“Rebellions are built on hope.”
But so too are empires.
Yesterday I finally saw Rogue One, and I thoroughly enjoyed it. Its religious and political themes were especially interesting to me. I won’t try to keep this spoiler-free.
The opening phrase in this blog post is a catchphrase of Jyn Urso in the movie, as most people will have seen in commercials and trailers. But the movie explores the similar and different aims and methods of empires and those that rebel against them. The empire claims to provide peace, stability, and security. In a conversation with Jyn’s father Galen, Director Krennic emphasizes this and Galen suggests that he is confusing peace with terror.
Terror is the tool of both sides. Rebels want freedom, and terror is a weapon in their arsenal. A variety of individuals who volunteer for the mission to steal the Death Star plans are assassins and others who have done terrible things in their effort to undermine the Empire. And there are others, such as Saw Gerrera, who are considered too militant and extremist for the Rebel Alliance. They blow up imperial troops, and the Empire responds with terror of its own.
Who started it? Well, as with any conflict between empire and rebellion today, the roots will be traceable back before any current nation or faction existed in its present form, making the question unanswerable and thus unhelpful.
Jyn tries to represent a middle way – one that recognizes that if one follows orders when they know they are wrong, they “might as well be a stormtrooper.” This is in response to the fact that the Rebel Alliance decided that it was too risky to try extracting Galen Erso, and so he should just be eliminated.
But no one in the movie was suggesting that there was a third way that was neither passive nor violent. Instead, we get the suggestion that there are only two sides, and as a third category, those who pretend to be neutral, claiming not to have the luxury of political opinions, and that it doesn’t matter if the imperial flag or some other flag is flying across the galaxy as long as one doesn’t look up.
The two sides represent a dominant desire for freedom or stability. One cannot guarantee both – the only way to keep stability is to guarantee that no one has the freedom to disrupt things, and the only way to guarantee freedom is to open the door to the possibility of instability. And so if there is no third way, then we have no hope of seeing an end to terrorism, because there will always be people who want freedom more than security or vice versa. And when passions flare over those issues, terror will be used as a weapon again.Fans were delighted to see Darth Vader easily beating a bunch of rebels, and force choking a subordinate. On that topic, see the post “Applauding for Vader” on the Early Christian Monasticism in the Digital Age blog. But the most significant scene with Darth Vader was when he was in a bacta tank, from which he emerged (off screen) to appear in his usual body armor. The symbolism of this is poignant. Darth Vader turns his life support system into a terrifying shell that actually obscures the humanity, the frailty and brokenness, of the man that is encased within it.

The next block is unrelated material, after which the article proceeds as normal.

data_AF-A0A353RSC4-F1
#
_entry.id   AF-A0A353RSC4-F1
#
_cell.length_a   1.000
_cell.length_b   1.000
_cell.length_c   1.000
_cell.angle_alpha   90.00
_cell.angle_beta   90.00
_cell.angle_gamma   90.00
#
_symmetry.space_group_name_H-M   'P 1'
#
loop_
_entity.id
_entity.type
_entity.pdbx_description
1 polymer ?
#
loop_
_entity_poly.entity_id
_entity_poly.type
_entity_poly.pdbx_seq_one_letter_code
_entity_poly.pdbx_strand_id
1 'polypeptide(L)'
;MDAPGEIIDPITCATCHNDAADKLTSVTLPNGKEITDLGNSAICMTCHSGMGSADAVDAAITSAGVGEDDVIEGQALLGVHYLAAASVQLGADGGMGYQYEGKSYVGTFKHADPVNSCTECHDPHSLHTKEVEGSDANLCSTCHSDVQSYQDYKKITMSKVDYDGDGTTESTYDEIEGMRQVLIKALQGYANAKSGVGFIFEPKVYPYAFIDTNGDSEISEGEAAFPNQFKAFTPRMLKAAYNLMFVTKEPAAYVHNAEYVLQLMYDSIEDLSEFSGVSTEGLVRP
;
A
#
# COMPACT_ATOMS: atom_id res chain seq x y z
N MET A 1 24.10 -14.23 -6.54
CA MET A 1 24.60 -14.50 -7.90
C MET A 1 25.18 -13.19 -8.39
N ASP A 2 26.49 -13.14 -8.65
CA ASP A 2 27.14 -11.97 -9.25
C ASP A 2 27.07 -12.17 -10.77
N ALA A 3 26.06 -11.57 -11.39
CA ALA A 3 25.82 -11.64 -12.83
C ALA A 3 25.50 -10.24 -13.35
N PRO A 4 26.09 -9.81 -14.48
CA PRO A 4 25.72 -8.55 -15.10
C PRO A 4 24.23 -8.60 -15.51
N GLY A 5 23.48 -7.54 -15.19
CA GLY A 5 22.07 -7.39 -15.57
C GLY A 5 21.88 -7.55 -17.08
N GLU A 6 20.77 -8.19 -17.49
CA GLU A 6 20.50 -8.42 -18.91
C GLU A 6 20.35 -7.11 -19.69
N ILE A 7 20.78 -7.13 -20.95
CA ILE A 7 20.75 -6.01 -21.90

And that is worth connecting with a phrase that is used in relation to another character – one of the “good guys” that is fraught with moral ambiguity in the movie. Force sensitive Jedi sympathizer Chirrut Îmwe says at one point to Captain Cassian Andor that there are many different kinds of prisons, and he senses that he carries his with him.
The Jedi are no longer to be found on the planet Jedha, which is the location of a number of things that are incorporated into Rogue One that were part of George Lucas’ first draft but didn’t appear in the original trilogy: khyber crystals, the Whills, and the phrase ‘the Force of others be with you.’ The movie features a mantra that in some instances functions as a prayer for rescue or safety: “The Force is with me and I am one with the Force.” That paradox is at the heart of many real-world religions, which envisage God as with the believe and yet the religious person (or in some traditions all people) as one with God. And, as in real life at times, resistance against empire emerges from an occupied holy city.
And so Star Wars continues to be as relevant to current political realities, and discussions of religion, as it has always been. And so I will conclude with a tweet…
“And this is Lord Vader. People say he’s a Sith but he prefers the term ‘alt-Jedi.'”
— Patton Oswalt (@pattonoswalt) December 20, 2016